Indeed, in researching this article, I found a wide variance in LT care cost estimates. Prices vary by state, inflation predictions for the next 20 years suggest we are entering the realm of pure unpredictability, and the Department of Health and Human Services’ own figures are outdated: their latest data is for 2016.
Our best estimate: homecare runs around $60,000/year, while a good nursing home costs double that amount. The average stay is hard to predict, but we would set the planning benchmark at three years of coverage. All estimates suggest that LTC costs will rise dramatically, doubling in the next 10 or 20 years, depending on who’s guesstimating.
Long-term care insurance suggests itself as an obvious candidate for covering these costs. Traditional LTC products were popular for a while, until the insurers realized they’d based their premium models on outdated longevity and care-cost assessments. Premiums jumped, customers blanched and new clients shied away.
The use-it-or-lose-it nature of dedicated LTC policies also sank in – if you die before you need coverage, there’s no ancillary benefits, so all those premium payments are gone with no return. The peace of mind argument held little water with potential new customers, in times when high-yield investments offered better prospects – until the pandemic struck, anyway.
Hybrid life insurance policies offer a solution to the problem of gun-shy clients who need LTC coverage. These products are life policies that includes LTC benefits, as well as a death benefit – if you don’t need care, your heirs receive the payout.
Several flavors of hybrid are available. Linked benefit policies generally offer an LTC benefit equivalent to five times the accumulated premium, along with a death benefit. Linked benefit hybrids are popular, supplanting the now-unfashionable standalone policies: in 2018, the product accounted for 84% of LTC coverage purchased, based on data from the American Association for Long-Term Care Insurance.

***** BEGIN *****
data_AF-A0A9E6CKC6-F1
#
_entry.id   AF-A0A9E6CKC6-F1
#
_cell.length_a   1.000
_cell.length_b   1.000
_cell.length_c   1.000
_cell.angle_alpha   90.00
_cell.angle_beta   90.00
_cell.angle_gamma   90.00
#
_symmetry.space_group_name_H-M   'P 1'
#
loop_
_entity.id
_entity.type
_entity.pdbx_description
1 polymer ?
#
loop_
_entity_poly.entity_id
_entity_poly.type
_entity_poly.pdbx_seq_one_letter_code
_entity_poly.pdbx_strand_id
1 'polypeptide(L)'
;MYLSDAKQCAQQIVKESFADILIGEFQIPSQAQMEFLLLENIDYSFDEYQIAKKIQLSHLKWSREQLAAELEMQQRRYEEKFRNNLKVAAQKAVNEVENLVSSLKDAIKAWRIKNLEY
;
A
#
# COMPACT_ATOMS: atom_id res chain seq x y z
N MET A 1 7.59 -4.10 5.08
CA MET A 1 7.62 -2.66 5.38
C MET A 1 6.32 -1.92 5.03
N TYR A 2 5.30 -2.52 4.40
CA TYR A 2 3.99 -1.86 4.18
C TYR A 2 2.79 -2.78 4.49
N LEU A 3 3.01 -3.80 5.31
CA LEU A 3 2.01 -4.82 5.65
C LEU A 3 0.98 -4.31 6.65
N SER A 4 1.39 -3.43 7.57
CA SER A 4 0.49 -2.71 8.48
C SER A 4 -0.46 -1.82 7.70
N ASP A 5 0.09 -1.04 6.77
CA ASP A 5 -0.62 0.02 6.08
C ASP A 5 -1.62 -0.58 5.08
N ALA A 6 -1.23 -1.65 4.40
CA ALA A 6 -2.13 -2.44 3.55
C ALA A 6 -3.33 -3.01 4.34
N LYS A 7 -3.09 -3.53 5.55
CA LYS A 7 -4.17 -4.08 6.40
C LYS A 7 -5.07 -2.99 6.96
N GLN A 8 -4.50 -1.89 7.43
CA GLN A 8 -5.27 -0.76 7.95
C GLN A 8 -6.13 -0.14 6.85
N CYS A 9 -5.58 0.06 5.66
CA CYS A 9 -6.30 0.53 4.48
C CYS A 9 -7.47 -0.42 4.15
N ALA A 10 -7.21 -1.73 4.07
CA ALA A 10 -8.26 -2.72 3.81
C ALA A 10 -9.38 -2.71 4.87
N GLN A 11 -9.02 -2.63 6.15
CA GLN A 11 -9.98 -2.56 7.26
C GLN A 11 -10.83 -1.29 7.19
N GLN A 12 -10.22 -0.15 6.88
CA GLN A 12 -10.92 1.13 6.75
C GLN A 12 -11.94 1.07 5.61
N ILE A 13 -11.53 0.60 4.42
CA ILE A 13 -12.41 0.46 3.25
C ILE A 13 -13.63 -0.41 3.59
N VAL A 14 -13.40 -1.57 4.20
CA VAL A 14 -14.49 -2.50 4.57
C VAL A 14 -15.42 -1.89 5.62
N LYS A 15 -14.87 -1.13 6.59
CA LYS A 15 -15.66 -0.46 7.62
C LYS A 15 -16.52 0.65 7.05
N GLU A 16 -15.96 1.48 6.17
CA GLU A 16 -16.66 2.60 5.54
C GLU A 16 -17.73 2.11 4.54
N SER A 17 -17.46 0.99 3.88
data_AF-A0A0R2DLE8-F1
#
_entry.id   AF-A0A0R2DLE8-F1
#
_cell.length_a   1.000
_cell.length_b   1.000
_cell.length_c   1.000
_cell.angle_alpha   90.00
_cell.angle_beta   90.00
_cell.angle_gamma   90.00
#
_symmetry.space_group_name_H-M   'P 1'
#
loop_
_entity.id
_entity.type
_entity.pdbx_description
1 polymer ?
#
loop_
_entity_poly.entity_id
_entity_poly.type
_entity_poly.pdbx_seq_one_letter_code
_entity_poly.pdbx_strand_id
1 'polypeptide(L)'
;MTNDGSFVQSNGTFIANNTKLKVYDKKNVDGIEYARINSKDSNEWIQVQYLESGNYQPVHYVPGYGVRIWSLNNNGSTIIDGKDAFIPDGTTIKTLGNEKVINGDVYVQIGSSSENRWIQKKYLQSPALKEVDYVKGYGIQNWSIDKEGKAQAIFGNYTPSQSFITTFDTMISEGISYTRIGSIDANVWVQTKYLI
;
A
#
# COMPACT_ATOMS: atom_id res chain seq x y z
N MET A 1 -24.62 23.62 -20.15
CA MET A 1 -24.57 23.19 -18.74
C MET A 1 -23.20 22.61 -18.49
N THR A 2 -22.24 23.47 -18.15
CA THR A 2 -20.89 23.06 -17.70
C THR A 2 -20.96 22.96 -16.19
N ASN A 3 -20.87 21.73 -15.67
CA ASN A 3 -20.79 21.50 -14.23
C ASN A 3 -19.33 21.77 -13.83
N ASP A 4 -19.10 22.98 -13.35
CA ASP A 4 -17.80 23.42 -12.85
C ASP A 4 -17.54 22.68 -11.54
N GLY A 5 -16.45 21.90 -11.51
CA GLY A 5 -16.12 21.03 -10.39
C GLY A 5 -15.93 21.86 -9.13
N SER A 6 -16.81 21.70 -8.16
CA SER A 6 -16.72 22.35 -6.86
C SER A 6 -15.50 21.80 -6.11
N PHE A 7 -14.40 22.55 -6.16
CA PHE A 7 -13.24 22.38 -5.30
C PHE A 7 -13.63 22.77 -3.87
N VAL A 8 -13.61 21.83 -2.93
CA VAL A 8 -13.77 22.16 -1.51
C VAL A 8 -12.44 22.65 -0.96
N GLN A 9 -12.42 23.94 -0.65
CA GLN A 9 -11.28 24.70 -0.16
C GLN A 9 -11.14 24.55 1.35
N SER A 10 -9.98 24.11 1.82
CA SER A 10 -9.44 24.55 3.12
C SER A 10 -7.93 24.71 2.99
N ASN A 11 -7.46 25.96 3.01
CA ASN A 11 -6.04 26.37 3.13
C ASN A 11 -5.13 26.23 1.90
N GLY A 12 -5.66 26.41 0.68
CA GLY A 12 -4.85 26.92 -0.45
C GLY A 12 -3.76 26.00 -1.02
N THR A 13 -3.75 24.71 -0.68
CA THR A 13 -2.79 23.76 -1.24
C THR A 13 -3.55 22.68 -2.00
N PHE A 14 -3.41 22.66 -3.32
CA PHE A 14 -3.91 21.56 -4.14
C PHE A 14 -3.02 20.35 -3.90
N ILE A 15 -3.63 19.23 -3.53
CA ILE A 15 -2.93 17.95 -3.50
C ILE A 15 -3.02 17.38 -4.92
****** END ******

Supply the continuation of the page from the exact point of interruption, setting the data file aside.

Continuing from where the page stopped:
Insurers usually counsel their clients to consider purchasing LTC coverage at around age 50, and to act swiftly if they cross the age-60 threshold without it. This is the accepted wisdom.
We take it a little differently: if at all possible, customers should definitely, without fail, buy LTC coverage in their early 50s – age 55 should be the panic-button deadline. The reason is cost. Hybrid policies are much more expensive than standalone LTC coverage, by a factor of four or more. This ratio, and the actual cash cost, rocket up dramatically after age 60, and the trajectory continues with each passing year. As always, good health keeps down the premiums, a further argument in favor of acting early.
It may be hard for clients to swallow, but they should understand: the need is great, the threat clear and present, and the cost of dalliance painful, even heartbreaking. Old-school policies can still work for those unable to afford the hybrids, though the latter clearly offer the greatest long-term value.